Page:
If you are like most people, once you hear there is a limited supply of something or a deadline is approaching, your ears perk up. I know mine do. Psychologists say we are hardwired to respond to scarcity (even if psychologists rarely talk about the Medicare Supplement plans in CT.) So hearing Medigap Plan F won’t be available soon might tap into primitive instincts and make it harder to resist.
Maybe it is because somewhere in our pre-history one of our forebears connected with the last single woman at the party outside the cave. Without love connections like this, we might not exist.
But I caution you not to give in to this instinct when you think about health or Medicare insurance.
Medigap Plan F is going away.
Why is Medicare Plan F going away? Plans that pay the Medicare Part B deductible are being eliminated. It won’t be sold after 2019. Insurance marketing departments will soon telling you it is your last chance to buy Medigap Plan F and this might cause to to focus less attention on the other Medicare Supplement plans in CT.
But this policy is clearly already overpriced. And if history is any guide, we’ll see the rates go up faster and faster as time goes by.
Why? The price for these plans is determined by the amount of claims the insurance company must pay per policy holder on average.
Sometimes, plans that promise less benefits are more expensive than plans that cover more. This is the reason it happens.
The average age of the policyholders is the biggest factor impacting claims. Monthly premiums have to go up in order to pay these claims.
Plan C was popular twenty years ago. It was well-priced then. It is a still good plan, but Medigap Plan F is a better plan. I has all the benefits of Plan C, plus some benefits no other plans has. (View this benefit chart of Medicare Supplement plans on Medicare.gov and you will clearly see why.) Yet Plan C costs more.
Again Why? The people who enrolled in these plans, did so when are were close to age 65. But not anymore. Two decades have passed. And on average, 85-year-olds spend more time sitting doctors’ waiting rooms than 65-year-olds. So, claims and premiums went up.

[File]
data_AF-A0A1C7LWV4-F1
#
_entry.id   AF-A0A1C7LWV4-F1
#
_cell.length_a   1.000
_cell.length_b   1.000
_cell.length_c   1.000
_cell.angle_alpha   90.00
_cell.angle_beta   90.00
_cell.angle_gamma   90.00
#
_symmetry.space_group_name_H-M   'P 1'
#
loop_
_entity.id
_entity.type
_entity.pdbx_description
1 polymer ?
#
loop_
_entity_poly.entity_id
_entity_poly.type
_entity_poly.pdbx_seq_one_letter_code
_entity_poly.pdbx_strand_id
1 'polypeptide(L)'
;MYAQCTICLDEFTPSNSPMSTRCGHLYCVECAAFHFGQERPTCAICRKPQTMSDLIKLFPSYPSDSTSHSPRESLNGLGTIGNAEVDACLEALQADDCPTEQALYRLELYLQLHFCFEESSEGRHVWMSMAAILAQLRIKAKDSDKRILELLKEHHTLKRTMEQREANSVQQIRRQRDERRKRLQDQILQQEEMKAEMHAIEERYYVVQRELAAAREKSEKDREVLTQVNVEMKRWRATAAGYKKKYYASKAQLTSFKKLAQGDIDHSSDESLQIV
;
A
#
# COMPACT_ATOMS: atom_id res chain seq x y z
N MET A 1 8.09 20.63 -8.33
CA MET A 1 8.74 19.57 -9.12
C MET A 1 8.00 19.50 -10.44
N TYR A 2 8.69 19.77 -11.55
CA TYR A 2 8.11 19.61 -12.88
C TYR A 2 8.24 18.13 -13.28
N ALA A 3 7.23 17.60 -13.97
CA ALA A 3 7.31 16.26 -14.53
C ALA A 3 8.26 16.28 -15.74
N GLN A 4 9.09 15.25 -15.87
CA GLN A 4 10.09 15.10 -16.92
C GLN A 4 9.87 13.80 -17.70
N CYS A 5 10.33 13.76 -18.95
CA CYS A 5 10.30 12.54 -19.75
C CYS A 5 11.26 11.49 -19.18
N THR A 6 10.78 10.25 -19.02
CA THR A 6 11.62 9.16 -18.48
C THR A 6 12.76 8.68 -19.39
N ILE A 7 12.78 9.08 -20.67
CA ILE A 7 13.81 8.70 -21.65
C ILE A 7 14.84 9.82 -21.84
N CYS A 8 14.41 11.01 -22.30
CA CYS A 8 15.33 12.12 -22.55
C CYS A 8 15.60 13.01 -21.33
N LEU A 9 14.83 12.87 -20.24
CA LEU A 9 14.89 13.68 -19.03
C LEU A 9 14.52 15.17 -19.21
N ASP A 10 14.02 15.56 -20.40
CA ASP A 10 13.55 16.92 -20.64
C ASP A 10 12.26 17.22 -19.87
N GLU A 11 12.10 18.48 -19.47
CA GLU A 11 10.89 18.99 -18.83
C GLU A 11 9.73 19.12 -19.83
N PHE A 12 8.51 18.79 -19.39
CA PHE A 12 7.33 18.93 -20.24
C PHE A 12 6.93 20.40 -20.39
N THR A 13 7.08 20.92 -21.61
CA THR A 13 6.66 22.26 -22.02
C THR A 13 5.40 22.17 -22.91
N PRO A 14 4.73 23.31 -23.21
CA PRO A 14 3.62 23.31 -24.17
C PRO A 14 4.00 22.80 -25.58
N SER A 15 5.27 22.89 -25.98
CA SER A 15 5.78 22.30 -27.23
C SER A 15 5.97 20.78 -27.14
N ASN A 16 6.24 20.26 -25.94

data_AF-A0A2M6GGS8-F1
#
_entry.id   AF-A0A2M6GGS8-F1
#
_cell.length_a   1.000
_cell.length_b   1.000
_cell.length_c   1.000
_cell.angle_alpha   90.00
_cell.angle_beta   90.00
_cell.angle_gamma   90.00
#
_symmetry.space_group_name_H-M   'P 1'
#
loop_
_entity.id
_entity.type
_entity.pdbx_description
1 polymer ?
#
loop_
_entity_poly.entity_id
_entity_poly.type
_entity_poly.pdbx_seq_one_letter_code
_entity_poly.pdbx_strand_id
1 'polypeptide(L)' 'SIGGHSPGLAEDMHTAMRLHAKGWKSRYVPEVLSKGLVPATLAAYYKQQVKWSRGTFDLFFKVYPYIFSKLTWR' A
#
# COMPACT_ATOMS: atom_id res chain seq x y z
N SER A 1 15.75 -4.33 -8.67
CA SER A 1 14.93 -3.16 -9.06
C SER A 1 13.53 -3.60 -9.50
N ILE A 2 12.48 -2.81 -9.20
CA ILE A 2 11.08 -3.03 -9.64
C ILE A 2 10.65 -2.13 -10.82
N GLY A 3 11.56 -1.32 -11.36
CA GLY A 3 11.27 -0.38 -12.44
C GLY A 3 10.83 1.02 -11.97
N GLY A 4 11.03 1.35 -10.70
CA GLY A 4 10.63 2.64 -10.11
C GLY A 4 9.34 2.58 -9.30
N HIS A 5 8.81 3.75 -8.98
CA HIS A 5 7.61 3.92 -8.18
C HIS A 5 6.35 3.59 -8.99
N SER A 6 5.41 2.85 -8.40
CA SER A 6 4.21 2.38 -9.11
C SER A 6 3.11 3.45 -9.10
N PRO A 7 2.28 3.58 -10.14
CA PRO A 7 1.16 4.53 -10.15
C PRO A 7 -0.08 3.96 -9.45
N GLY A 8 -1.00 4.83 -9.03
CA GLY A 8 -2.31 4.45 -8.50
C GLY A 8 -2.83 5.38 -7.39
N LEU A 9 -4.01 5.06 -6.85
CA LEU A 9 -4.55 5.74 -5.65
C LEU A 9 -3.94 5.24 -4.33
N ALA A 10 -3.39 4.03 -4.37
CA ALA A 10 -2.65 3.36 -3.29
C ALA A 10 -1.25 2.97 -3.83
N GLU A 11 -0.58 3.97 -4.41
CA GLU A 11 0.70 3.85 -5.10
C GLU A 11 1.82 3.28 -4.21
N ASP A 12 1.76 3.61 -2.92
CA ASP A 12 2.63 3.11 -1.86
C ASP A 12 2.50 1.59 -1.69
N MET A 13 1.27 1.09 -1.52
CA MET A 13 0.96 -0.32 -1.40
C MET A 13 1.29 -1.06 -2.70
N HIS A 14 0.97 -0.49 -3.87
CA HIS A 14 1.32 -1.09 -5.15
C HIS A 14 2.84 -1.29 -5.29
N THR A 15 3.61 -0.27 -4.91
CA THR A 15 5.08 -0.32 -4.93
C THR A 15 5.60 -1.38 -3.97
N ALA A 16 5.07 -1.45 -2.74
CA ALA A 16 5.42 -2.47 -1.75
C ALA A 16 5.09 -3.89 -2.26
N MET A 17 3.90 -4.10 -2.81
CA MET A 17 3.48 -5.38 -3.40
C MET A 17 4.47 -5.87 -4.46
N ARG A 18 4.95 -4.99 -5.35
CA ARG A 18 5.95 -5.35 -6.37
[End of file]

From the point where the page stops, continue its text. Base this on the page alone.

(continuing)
When a policy is introduced, it is likely to have a lower price for several years. Why? It will have a disproportionate number of policyholders who are close to age 65. So the best medicare supplemental plans, are more likely to be among the newest to in market.
(By the way the new kids on the block are the Medicare Advantage Plans, plus Medigap Plans K, L, M and Medigap Plan N.)
Conversely, when a policy closes its doors to new enrollees, the average age of a policy holder goes up and so do monthly premiums.
Typically people spend a lot of time investigating their choices at age 64. But many never look at their options again.
By now, you may see why you want to have an agent like me, who will do this for you each year.
Why is Plan F Overpriced?
Let’s compare Medicare Supplement Plans F and G. The only difference between Plan F and Plan G is the part B deductible. (“part” not “plan.”). The part B deductible is $183 in 2017. It can only be paid once per year.
Medigap Part F covers this deductible, so it is a better plan. But the difference in yearly premiums between the two plans is much more than $183.
The following is based on the 2017 Medigap rates I just pulled from the Connecticut insurance department website: The price difference between the two plans is $31.75 per month on average. This adds up to $381.06 per year. Medicare Supplement Plan F rates for Connecticut are almost $200 dollars more than they should be.
I’m sure you don’t want to pay an extra $381.06 for one additional benefit that cannot possibly be worth more than $183. If you don’t see any doctors, you could pay $381.06 and get nothing in return.
Why Will Plan F Keep Going Up in Price?
It must. Once the doors are closed to new enrollees in 2020, no 65-year-olds will be able to enroll. The average age will go up. Claims per capita will go up. Prices will follow.
Is Medigap Plan N a Better Choice
There are several other options that may better for you than the soon to be retired Medigap Plan F. A zero premium Medicare Advantage Policy may suit you well. One of the other Medicare Supplement plans in CT may be your best choice including Medigap Plan N.
It is not uncommon for people in their 80s and 90s to pay twice what they should. Far too often they last shopped around fifteen or twenty years ago. Some even qualify to have the State of Connecticut pay their Medicare Part B premium, but don’t know it.
Unfortunately, there are thousands of seniors around the State of Connecticut who hold on to old plans because of habit or inertia. Many are still holding on to retired plans. Some are afraid to switch. If you think you have a relative who is paying too much, they might benefit greatly by requesting current rates and a recommendation from me.
Request recommendations to get my answer to the question which medicare supplement plan is the best for you.